image_pdfimage_print

Cleaning 250 year-old hewn white oak logs at Byrnside’s Fort

This is the best way I’ve found so far to clean the interior side of the original (extremely hard) white oak hand hewn logs. This is the Northwest second floor corner. Since this was eventually turned into a formal entry way, long before the plaster was installed over the logs, they were given various coats of whitewash white paint, in order to make the walls look like they were plaster, rather than logs. Such was the trend, since there was nothing glamorous about having a log plantation house.

“Tub Mills” on the 18th Century Virginia Frontier

When you travel in our southern mountains, one of the first things that will strike you is that about every fourth or fifth farmer has a tiny tub-mill of his own. Tiny is indeed the word, for there are few of these mills that can grind more than a bushel or two of corn in a day; some have a capacity of only half a bushel in ten hours of stead grinding. Red grains of corn being harder than white ones, it is a humorous saying in the mountains that “a red grain in the gryste (grist) will stop the mill.”

Old log cabin preservation project from the site of “Thompson’s Fort”

This is an old log cabin located in the vicinity of Pickaway, Monroe County, West Virginia, on the site of what is believed to have been called “Thompson’s Fort,” on an early large plantation. This is on the “Pickaway Plains” of the Greenbrier Valley – so named by the 18th century frontiersmen who fought in …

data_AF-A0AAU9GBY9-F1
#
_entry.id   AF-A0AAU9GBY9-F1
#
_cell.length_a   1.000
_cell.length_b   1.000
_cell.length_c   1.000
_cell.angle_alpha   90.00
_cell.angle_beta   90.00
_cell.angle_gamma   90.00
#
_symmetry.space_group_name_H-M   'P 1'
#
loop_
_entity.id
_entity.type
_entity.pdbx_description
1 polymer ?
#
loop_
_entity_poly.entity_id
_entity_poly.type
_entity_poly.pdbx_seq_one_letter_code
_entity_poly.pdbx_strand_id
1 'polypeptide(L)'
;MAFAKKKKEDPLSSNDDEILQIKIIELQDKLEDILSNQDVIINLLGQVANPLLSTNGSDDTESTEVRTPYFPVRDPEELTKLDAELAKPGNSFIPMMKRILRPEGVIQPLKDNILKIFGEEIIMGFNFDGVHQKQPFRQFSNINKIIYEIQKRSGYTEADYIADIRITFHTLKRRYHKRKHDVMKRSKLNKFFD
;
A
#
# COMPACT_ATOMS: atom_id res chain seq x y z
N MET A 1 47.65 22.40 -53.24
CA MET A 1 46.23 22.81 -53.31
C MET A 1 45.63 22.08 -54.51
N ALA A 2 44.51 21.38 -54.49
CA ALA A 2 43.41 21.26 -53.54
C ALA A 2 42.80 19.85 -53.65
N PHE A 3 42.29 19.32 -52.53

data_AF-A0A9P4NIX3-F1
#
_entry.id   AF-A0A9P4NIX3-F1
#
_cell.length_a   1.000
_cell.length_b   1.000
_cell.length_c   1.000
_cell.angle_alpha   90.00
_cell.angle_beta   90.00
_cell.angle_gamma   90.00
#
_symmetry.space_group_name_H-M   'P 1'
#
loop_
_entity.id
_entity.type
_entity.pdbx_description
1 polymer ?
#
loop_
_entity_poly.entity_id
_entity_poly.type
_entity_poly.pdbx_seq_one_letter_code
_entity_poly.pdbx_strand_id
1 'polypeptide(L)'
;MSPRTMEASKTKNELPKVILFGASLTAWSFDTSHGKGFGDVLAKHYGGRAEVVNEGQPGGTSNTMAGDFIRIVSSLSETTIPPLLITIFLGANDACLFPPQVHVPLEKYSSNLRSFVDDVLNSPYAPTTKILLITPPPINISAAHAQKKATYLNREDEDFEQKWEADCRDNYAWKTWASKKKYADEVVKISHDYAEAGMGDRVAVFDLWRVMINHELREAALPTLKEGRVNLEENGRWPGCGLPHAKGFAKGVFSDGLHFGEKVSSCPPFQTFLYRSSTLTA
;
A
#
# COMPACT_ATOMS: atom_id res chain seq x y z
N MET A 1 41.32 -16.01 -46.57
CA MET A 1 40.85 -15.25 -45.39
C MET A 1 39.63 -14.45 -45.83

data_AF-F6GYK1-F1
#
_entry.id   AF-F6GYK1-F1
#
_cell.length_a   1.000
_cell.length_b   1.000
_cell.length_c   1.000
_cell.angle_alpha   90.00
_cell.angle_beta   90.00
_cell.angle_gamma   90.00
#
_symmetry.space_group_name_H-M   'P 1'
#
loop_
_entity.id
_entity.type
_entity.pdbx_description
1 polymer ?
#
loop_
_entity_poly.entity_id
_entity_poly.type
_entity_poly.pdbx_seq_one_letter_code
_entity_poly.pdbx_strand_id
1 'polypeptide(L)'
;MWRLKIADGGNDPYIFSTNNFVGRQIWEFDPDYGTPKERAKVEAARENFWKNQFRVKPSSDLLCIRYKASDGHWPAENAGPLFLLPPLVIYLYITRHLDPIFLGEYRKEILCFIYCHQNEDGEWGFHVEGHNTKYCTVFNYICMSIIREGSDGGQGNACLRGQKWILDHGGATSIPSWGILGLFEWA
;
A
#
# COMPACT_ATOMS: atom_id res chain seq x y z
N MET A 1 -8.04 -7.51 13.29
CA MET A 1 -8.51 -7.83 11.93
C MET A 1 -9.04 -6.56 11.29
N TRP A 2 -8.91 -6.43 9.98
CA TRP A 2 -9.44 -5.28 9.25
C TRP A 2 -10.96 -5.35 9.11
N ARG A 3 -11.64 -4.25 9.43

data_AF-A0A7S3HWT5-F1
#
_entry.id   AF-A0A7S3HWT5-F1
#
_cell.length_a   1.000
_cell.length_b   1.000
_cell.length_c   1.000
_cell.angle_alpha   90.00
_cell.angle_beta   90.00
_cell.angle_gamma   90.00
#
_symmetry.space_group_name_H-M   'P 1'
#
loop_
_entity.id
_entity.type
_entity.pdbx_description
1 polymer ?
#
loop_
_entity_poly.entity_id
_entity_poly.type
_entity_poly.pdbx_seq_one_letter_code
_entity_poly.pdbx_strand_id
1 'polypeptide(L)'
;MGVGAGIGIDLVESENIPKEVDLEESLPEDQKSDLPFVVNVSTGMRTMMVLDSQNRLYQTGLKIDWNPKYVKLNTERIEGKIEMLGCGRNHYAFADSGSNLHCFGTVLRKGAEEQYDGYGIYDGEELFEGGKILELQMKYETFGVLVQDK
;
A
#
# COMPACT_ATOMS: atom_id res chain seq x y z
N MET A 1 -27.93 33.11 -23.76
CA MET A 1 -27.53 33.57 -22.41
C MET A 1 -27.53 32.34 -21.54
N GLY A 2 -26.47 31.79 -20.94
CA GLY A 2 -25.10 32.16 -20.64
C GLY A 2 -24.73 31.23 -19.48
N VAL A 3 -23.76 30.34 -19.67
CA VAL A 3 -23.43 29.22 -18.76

Read moreOld log cabin preservation project from the site of “Thompson’s Fort”

Another 18th century WV frontier cabin we’re working on. This time it has to move…

This log cabin has been used as a barn for a long, long time. But we believe it was a primitive 18th century log cabin dwelling originally. We have to move this structure of the current property, which sits very close to the site of the frontier fort known as Thompson’s Fort – somewhat of …

Read moreAnother 18th century WV frontier cabin we’re working on. This time it has to move…

A beautiful historic home in the Greenbrier Valley you never knew was there. The Gwinn Plantation.

SAMUEL GWINN CABIN/HO– USE – Samuel Gwinn is believed to have settled on the Greenbrier River at the same time as his friend James Graham, building a log cabin across the Greenbrier River from Graham, circa 1770. The log cabin is now gone, unlike the Graham cabin, but I did track it down. And there …

Read moreA beautiful historic home in the Greenbrier Valley you never knew was there. The Gwinn Plantation.